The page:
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844 results

Article

Study-Conference AMI on Music and Language July 29th-August 12th 1961

Publication: Communications (Association Montessori Internationale, 195?-2008), vol. 1961, no. 1

Pages: 1–4

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Language: English

ISSN: 0519-0959

Master's Thesis (Action Research Report)

Peer Tutoring and Cooperative Groups in the Dual Language Classroom

Available from: St. Catherine University

Action research

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Abstract/Notes: How do we help children practice and retain the second language in a Dual Language program? We must find effective and fun ways, like Peer Tutoring and Cooperative Groups. This research was conducted with a group of 21 six and seven year olds in a Dual Language Immersion classroom in a Title 1 school. There was a mixture of boys and girls, Latinos, African-Americans and Caucasians. Data collection was done through surveys, observations, artifacts and narratives. The data showed that while these strategies did increase vocabulary, they did not inspire the children to speak more Spanish. They still reverted back to speaking in English. Based on my findings, students require more vocabulary and would benefit from more opportunities to practice it.

Language: English

Published: St. Paul, Minnesota, 2016

Article

Language Chart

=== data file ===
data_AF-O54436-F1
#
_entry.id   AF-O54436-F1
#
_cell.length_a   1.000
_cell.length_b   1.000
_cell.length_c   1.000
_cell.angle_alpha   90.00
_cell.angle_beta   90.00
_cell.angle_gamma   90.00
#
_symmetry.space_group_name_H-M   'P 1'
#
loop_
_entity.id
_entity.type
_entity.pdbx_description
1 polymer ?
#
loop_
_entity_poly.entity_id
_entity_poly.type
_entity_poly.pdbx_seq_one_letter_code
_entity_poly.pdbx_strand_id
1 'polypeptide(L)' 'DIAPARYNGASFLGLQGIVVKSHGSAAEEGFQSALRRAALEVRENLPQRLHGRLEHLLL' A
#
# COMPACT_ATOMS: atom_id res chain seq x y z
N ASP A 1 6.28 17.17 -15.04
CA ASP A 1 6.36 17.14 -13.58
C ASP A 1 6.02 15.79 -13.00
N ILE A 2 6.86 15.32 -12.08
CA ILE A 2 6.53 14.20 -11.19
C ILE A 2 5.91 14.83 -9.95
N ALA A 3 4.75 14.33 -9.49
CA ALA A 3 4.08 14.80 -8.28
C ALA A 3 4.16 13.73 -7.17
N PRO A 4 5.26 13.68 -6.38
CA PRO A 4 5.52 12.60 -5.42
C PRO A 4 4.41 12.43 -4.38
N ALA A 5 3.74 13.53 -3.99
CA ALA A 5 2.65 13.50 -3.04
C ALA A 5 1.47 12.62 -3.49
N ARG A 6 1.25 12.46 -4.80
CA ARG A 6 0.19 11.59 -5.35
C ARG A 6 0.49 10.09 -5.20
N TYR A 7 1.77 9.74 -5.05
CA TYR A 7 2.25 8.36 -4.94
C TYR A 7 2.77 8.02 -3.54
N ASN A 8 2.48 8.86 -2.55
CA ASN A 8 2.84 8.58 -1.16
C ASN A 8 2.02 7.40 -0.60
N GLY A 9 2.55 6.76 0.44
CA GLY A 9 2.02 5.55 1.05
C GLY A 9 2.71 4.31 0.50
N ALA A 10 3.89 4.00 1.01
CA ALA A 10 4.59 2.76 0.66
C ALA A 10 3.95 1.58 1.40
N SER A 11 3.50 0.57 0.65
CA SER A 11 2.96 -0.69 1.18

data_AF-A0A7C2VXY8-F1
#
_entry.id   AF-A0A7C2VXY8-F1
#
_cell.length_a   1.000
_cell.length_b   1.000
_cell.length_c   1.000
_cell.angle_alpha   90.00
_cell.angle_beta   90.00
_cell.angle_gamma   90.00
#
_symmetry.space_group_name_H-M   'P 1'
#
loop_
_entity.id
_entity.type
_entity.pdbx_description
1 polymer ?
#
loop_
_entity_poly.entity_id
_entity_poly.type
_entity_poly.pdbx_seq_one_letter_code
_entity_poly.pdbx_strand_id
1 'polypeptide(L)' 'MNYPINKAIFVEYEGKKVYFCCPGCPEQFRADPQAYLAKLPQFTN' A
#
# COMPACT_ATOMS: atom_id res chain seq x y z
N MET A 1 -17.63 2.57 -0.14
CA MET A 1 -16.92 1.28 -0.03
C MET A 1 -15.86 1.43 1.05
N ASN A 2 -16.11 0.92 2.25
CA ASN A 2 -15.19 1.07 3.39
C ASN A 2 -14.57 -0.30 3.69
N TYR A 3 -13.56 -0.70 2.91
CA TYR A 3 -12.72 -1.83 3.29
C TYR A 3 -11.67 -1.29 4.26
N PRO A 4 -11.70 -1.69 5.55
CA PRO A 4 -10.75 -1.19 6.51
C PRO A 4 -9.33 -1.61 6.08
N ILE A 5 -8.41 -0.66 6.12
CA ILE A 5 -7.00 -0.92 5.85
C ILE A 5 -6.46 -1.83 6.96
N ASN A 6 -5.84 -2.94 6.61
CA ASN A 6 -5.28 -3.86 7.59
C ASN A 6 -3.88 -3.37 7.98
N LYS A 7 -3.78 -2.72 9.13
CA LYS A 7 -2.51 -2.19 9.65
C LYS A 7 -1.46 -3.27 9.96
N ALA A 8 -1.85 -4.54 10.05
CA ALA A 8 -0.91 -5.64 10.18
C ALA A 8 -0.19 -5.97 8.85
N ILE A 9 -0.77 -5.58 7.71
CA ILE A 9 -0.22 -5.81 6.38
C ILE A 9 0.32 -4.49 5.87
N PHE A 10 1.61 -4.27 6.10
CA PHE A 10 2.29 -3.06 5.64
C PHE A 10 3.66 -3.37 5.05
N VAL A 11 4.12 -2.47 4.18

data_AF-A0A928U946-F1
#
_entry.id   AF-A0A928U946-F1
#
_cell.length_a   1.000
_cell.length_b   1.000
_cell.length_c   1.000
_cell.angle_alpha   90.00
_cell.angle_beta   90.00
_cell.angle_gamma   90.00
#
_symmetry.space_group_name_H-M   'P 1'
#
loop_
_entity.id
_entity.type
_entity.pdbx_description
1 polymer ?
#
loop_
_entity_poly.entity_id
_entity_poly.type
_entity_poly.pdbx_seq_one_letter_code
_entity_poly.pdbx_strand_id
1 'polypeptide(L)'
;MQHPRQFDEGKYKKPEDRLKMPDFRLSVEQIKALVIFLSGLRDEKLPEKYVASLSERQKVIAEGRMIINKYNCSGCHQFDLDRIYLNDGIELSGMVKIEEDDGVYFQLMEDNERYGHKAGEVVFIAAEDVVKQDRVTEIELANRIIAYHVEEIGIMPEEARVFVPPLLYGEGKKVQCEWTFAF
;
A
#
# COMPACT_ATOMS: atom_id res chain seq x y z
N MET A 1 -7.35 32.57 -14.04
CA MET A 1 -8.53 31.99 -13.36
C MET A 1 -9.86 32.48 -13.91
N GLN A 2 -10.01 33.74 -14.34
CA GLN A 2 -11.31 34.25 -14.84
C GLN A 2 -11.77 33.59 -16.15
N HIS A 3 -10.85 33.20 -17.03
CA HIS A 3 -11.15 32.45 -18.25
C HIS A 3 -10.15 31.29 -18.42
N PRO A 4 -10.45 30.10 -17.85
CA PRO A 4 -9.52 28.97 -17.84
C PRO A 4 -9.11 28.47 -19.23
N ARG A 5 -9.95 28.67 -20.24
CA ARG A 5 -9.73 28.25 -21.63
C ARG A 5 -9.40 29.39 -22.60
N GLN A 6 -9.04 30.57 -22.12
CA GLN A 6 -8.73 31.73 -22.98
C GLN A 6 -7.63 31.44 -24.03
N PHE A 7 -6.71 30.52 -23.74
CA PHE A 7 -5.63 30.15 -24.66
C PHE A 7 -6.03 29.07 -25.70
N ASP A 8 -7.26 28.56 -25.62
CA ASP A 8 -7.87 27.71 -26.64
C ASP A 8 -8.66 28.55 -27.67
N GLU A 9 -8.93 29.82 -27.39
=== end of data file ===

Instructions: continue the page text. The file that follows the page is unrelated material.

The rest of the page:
Publication: Communications (Association Montessori Internationale, 195?-2008), vol. 1960, no. 2

Pages: 14–15

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Language: English

ISSN: 0519-0959

Article

Helping the Child in the Conquest of the Written Language

Available from: Stadsarchief Amsterdam (Amsterdam City Archives)

Publication: Around the Child, vol. 5

Pages: 7-12

Albert Max Joosten - Writings, Language acquisition

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Language: English

ISSN: 0571-1142

Article

Playing with Meaning: Humour, Language Development and Imagination

Publication: AMI Journal (2013-), vol. 2014-2015

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Abstract/Notes: Carla Foster shows how the imagination facilitates evolutionary humour, which enriches language, and how linguistic humour introduces cognitive fluency—another characteristic of imagination, referring to the movement of the mind in all directions through space and time.